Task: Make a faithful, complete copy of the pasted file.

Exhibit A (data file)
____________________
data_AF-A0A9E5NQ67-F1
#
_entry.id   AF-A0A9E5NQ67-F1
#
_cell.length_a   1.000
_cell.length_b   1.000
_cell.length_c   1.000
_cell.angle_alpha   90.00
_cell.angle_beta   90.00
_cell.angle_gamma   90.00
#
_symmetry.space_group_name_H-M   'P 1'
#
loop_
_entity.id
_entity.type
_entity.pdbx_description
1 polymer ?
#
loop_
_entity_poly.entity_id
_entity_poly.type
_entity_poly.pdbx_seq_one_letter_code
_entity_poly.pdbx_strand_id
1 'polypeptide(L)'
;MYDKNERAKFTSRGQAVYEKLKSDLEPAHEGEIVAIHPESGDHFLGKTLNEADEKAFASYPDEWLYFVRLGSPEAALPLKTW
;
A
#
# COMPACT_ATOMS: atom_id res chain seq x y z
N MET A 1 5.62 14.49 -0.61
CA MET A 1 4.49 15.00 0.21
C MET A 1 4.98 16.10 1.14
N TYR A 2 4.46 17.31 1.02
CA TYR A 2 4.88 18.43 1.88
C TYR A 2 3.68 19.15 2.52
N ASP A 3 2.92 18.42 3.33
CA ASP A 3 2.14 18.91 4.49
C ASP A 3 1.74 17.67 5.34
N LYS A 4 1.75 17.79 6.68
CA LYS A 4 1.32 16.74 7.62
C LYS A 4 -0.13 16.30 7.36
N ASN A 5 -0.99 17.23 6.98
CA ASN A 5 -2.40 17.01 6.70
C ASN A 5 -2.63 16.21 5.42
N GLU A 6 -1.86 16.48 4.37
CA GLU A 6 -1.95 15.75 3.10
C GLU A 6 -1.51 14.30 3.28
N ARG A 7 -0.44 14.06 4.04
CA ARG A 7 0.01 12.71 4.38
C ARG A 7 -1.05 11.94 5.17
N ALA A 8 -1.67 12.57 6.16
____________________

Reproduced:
data_AF-A0A9E5NQ67-F1
#
_entry.id   AF-A0A9E5NQ67-F1
#
_cell.length_a   1.000
_cell.length_b   1.000
_cell.length_c   1.000
_cell.angle_alpha   90.00
_cell.angle_beta   90.00
_cell.angle_gamma   90.00
#
_symmetry.space_group_name_H-M   'P 1'
#
loop_
_entity.id
_entity.type
_entity.pdbx_description
1 polymer ?
#
loop_
_entity_poly.entity_id
_entity_poly.type
_entity_poly.pdbx_seq_one_letter_code
_entity_poly.pdbx_strand_id
1 'polypeptide(L)'
;MYDKNERAKFTSRGQAVYEKLKSDLEPAHEGEIVAIHPESGDHFLGKTLNEADEKAFASYPDEWLYFVRLGSPEAALPLKTW
;
A
#
# COMPACT_ATOMS: atom_id res chain seq x y z
N MET A 1 5.62 14.49 -0.61
CA MET A 1 4.49 15.00 0.21
C MET A 1 4.98 16.10 1.14
N TYR A 2 4.46 17.31 1.02
CA TYR A 2 4.88 18.43 1.88
C TYR A 2 3.68 19.15 2.52
N ASP A 3 2.92 18.42 3.33
CA ASP A 3 2.14 18.91 4.49
C ASP A 3 1.74 17.67 5.34
N LYS A 4 1.75 17.79 6.68
CA LYS A 4 1.32 16.74 7.62
C LYS A 4 -0.13 16.30 7.36
N ASN A 5 -0.99 17.23 6.98
CA ASN A 5 -2.40 17.01 6.70
C ASN A 5 -2.63 16.21 5.42
N GLU A 6 -1.86 16.48 4.37
CA GLU A 6 -1.95 15.75 3.10
C GLU A 6 -1.51 14.30 3.28
N ARG A 7 -0.44 14.06 4.04
CA ARG A 7 0.01 12.71 4.38
C ARG A 7 -1.05 11.94 5.17
N ALA A 8 -1.67 12.57 6.16